New Zealand Day!

Dear Parents & Friends,

Kia Ora everyone, which is Maori for “greetings”.  Today was New Zealand Day at camp and we started off the morning with the discovery of the country.  Food throughout the day was presented at each meal concluding tonight with a very delicious dessert called Pavlova.  Very sweet and very good.  Tonight at dinner we had a group of campers perform the Haka and then there was a Rugby game on the Green.  We came into the dining room to table clothes and a wonderful meal with a festive atmosphere.  Tonight at campfire the Kiwi crew (5 of them) along with many campers presented a variety of skits, music and great videos of their country.  Makes you want to go there.  Andy, our assistant director is a Kiwi and we love having all our different nationalities.  It’s a real bonus during the summer to learn so much about so many countries.

We dodged some showers this morning and this afternoon and it was rainy all around us but not at GV.  We hope the weather holds for the weekend.  Several trips went out today including some Tubers as well as a kayak trip to section 0 of the French Broad.  6 campers and two staff went along and they are preparing for a trip to the Green River on Thurs.  I think that I will be sneaking out with them.  Should be a fun day.  All the rivers are full with the rain we’ve had the past several weeks.  Children are practicing their lines and getting ready for their big performance tomorrow night.  I don’t know much about the production but it should be a fun night at the theatre.  GV Rescue headed to the French Broad today to work on their rescue skills.  Rope throwing, and using other devices is part of the curriculum.   It’s much like the reach, throw and go that has been taught in various ways for many years.  If you just wanted to have fun in the water, well… that happens every day at camp.  The Lake and Pool have been great all summer long for cooling off and having a good time.  The Tension Traverse across part of the Lake has challenged everyone and only one camper has made it all the way across this summer.

I spent half the morning perched in one of our Arborist trees to film and shoot some pictures.  I had a blast because it’s a whole different view of the folks who are ascending the tree.  I’ll try and get some video up maybe tomorrow.  I really enjoy this activity because it’s a challenge and it’s so much fun.  It takes some effort to get off the ground and once you get into a rhythm, you’ve got it.  We had some fantastic climbers today as they passed me and went even higher.  I took a picture of those intrepid climbers just before the period ended.  We’ve been doing this activity for about 6 or 7 years at camp and it gains in popularity each year.  Our two giant Poplar trees can accommodate 5 climbers at a time.  Ask your child about the activity to see if they have participated.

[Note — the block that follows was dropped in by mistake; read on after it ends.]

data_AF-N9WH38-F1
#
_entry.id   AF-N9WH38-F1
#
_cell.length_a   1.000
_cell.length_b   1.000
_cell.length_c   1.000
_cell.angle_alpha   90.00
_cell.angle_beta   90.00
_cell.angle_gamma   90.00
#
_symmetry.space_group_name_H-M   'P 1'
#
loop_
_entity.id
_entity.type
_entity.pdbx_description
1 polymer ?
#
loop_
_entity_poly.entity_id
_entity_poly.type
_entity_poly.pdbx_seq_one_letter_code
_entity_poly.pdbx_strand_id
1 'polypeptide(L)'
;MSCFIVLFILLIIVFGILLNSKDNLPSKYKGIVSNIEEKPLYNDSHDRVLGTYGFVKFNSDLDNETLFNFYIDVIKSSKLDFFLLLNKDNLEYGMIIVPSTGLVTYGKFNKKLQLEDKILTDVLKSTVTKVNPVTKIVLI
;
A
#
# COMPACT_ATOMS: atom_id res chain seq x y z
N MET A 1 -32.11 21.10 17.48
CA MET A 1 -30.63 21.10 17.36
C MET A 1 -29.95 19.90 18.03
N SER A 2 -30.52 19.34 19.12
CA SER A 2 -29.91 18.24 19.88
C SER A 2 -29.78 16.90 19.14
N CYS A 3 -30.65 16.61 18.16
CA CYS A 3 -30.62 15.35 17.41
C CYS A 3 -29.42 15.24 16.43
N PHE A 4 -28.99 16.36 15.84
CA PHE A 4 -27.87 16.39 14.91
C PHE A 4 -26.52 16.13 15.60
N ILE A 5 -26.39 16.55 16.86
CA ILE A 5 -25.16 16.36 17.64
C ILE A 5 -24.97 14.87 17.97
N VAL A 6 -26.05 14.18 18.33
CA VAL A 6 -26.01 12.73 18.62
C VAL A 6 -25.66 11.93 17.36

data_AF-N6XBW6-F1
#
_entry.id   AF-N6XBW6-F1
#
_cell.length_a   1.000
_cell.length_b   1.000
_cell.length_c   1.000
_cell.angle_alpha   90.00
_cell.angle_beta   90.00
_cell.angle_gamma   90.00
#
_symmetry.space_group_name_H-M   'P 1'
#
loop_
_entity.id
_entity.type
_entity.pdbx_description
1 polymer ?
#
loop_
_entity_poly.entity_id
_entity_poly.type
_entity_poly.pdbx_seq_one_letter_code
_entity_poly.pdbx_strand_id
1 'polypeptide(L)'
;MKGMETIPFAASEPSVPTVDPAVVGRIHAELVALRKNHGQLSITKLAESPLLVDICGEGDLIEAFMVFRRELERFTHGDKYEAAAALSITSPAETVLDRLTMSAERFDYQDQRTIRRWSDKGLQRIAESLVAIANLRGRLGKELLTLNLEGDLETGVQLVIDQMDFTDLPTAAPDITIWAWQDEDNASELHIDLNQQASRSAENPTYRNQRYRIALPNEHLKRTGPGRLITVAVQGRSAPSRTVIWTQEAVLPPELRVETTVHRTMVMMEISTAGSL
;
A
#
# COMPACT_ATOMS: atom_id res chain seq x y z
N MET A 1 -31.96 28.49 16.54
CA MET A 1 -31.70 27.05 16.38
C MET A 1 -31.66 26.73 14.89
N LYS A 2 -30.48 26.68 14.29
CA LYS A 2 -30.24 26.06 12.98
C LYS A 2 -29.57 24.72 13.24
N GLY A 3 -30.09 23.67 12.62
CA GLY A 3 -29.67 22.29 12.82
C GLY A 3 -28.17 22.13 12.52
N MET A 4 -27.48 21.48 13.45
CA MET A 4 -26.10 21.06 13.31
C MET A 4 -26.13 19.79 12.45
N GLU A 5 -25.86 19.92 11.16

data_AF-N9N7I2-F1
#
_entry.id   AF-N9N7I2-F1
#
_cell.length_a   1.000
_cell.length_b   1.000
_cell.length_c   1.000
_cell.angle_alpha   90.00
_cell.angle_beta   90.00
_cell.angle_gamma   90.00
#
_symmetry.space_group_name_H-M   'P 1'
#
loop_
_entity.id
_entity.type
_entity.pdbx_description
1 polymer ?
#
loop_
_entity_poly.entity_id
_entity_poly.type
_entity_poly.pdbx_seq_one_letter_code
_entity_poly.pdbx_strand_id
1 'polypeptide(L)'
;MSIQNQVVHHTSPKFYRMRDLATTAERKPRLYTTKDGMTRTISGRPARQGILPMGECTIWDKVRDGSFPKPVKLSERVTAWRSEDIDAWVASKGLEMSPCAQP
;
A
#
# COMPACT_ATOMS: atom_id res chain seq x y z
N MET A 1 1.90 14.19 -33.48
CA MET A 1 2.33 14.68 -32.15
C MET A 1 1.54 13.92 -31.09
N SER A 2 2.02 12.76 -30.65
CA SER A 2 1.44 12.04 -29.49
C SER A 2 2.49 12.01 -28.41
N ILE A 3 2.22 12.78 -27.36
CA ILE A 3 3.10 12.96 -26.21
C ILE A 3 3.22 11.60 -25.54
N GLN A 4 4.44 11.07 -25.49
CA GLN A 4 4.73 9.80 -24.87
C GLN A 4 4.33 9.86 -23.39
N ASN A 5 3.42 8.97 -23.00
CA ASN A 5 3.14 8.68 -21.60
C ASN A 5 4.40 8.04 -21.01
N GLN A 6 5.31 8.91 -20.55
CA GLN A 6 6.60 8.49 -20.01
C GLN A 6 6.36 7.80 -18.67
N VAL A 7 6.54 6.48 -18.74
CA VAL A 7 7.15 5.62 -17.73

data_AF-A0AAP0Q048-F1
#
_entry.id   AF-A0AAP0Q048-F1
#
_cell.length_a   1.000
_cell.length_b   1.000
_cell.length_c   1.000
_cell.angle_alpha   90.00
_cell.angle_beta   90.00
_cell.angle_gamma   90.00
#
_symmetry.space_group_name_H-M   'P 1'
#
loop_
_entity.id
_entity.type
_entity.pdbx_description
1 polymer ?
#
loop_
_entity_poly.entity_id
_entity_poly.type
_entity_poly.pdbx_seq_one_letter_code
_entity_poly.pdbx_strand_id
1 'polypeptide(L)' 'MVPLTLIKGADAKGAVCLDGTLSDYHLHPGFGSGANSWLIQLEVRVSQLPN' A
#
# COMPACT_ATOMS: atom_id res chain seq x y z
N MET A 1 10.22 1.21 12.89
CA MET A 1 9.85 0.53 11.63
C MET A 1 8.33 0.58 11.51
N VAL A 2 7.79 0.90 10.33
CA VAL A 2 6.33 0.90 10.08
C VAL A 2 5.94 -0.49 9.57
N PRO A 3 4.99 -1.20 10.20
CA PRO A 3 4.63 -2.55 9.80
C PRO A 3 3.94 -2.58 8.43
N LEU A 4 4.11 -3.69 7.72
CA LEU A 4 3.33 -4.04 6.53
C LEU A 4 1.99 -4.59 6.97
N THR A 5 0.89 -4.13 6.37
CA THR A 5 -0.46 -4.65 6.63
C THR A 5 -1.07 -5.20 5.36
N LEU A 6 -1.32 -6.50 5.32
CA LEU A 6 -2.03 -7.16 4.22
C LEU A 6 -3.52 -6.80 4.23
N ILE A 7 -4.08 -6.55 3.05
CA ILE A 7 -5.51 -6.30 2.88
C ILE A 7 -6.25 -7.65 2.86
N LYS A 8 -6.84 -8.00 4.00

Those mask makers are about the finish up their projects.  We’re looking forward to seeing the final results.  There are so many art projects that will go home with you this weekend.  I saw an especially beautiful scarf that a young boy had made for his mom.  Great job and I know she’ll be proud to wear it.  Our Discovery Program gives the camper a chance to work on a project for more than one day.  It means working on a piece that has progression and has a number of steps that need to be performed before the final result.  How often does that happen in our lives where we have to follow procedures and learn as we go to reach that final destination.  Camp is a great place for learning those life skills that apply to so many aspects of who we are and how we learn to tackle life.

I’m so pleased that a handful of our once “homesick campers” are doing so well and have made it through the session.  Michael Thompson author of Homesick and Happy says, “Children want to be independent, and they realize that they cannot be truly independent until they beat homesickness, even when they have a painful case of it.”  You know that camp is good for your child and camp is one of the best things for building kids’ independence and confidence. Through the years, I have also seen many kids work through some pretty painful emotions at camp, so I know that camp is not easy for all kids.

We let them know right away that missing home is okay.  We reassure them that there are people at camp who will take care of their needs.  Talking with the child honestly about the importance of starting to develop some independence is important.  Share the reality that many good things in life come with some pain and failure.   Make sure they know you want to hear about everything they want to tell you in the initial conversation.  We let them know that we are confident in them.

It’s a growing experience for them and also for you as parents sometimes.  We thank you for your patience and your willingness to let us step in for you during these times.  You’re doing a great job by sharing your child with us.  Stay tuned!